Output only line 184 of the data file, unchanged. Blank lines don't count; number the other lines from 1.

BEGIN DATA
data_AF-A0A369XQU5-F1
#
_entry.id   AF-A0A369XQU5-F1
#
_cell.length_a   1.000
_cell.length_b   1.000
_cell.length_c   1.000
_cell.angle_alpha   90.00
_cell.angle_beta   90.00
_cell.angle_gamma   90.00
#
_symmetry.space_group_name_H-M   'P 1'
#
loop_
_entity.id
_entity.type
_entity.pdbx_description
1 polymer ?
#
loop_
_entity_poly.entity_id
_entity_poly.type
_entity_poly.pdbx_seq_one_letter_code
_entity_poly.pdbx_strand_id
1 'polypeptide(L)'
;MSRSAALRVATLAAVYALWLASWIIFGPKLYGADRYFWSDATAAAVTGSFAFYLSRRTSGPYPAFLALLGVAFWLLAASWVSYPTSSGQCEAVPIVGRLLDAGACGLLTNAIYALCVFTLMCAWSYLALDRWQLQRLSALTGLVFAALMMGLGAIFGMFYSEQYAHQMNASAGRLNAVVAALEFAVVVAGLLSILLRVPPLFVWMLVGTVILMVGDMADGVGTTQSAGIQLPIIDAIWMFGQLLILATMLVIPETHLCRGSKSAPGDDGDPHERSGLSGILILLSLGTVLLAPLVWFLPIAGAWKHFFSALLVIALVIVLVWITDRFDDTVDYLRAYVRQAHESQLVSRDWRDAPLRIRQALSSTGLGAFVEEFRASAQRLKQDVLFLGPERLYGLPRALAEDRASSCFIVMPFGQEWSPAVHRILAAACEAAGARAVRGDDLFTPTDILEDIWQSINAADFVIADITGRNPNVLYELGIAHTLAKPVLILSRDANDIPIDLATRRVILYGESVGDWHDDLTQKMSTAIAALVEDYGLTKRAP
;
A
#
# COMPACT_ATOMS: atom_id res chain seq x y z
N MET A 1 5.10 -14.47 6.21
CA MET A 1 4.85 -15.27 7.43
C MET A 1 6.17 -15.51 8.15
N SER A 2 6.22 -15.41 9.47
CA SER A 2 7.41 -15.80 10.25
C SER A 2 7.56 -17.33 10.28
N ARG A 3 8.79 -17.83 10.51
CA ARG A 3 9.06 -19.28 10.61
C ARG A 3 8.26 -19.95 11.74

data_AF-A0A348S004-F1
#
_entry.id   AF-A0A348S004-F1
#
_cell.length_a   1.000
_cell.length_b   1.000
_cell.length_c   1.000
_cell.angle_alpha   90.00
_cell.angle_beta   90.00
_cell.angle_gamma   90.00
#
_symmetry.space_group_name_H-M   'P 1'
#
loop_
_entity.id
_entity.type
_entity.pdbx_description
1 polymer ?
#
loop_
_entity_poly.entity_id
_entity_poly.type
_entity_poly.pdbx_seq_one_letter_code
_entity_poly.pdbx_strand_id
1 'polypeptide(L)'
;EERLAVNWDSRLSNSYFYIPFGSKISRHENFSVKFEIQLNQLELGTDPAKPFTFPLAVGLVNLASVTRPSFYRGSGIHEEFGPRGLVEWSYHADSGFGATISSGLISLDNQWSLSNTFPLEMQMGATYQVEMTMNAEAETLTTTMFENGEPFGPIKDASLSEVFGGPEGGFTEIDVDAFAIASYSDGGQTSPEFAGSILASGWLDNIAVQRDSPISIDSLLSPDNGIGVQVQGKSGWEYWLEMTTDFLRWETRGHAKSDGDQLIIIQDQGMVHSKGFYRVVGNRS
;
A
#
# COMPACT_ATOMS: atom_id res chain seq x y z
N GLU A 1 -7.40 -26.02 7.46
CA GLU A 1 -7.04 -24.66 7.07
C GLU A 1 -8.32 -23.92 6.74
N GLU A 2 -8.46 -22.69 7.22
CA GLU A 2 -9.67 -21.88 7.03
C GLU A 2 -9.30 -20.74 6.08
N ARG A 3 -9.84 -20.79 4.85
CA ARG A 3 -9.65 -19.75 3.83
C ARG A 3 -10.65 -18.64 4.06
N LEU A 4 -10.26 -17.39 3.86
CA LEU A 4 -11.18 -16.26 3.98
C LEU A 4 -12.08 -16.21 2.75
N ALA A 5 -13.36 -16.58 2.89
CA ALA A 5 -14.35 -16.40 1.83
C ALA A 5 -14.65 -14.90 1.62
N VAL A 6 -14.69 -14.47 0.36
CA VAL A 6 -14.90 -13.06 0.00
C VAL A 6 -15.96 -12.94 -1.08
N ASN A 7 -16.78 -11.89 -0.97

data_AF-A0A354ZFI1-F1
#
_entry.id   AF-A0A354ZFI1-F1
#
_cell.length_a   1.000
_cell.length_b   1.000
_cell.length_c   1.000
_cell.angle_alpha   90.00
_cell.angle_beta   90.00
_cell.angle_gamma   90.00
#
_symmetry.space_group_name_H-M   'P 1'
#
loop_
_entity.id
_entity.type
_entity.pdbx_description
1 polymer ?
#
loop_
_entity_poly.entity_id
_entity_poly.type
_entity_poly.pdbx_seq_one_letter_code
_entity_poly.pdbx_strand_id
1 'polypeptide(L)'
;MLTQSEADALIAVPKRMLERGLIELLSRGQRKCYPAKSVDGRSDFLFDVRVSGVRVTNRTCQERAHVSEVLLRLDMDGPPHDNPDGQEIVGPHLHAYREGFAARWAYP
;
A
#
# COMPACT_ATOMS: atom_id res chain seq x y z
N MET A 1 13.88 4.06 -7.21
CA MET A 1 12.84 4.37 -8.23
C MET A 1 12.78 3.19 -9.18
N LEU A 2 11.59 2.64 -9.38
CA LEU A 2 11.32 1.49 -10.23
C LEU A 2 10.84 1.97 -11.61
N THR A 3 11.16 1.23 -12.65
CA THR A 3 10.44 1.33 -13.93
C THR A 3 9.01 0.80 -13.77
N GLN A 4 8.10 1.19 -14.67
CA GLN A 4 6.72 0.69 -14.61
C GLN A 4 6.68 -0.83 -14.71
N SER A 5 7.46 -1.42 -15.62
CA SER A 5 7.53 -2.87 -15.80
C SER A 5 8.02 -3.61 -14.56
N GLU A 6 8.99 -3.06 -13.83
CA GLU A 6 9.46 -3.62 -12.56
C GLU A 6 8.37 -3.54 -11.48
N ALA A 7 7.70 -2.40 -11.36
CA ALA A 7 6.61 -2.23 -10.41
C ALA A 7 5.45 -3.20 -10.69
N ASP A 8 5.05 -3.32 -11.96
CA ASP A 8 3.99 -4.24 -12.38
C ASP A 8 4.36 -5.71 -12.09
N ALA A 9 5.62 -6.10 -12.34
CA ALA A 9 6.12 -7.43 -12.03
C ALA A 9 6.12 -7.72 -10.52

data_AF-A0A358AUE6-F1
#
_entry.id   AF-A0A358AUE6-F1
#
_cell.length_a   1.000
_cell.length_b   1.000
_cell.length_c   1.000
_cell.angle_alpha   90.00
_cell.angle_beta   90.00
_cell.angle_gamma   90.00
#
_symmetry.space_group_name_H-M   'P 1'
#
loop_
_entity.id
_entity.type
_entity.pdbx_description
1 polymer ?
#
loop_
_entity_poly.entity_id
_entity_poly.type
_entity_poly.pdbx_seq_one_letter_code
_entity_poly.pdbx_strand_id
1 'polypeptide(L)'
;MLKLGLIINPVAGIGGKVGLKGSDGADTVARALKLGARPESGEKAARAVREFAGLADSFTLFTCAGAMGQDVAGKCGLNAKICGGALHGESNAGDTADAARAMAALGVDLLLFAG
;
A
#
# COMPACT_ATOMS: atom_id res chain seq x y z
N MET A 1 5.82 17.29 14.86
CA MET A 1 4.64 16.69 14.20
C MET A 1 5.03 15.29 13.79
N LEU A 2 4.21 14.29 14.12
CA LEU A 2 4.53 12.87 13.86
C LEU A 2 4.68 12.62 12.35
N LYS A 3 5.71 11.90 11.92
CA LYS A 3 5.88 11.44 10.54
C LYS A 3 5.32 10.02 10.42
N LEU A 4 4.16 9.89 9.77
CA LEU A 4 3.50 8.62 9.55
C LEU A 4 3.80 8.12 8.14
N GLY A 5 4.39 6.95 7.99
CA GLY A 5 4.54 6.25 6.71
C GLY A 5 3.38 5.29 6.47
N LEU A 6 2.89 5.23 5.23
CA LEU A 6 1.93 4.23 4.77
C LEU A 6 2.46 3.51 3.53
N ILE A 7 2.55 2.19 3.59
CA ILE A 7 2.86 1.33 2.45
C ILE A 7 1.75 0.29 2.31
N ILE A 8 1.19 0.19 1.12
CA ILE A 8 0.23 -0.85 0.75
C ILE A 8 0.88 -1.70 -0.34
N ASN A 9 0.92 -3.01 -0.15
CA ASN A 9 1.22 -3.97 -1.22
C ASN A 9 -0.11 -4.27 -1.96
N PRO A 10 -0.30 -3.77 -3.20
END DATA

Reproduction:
C LYS A 3 5.32 10.02 10.42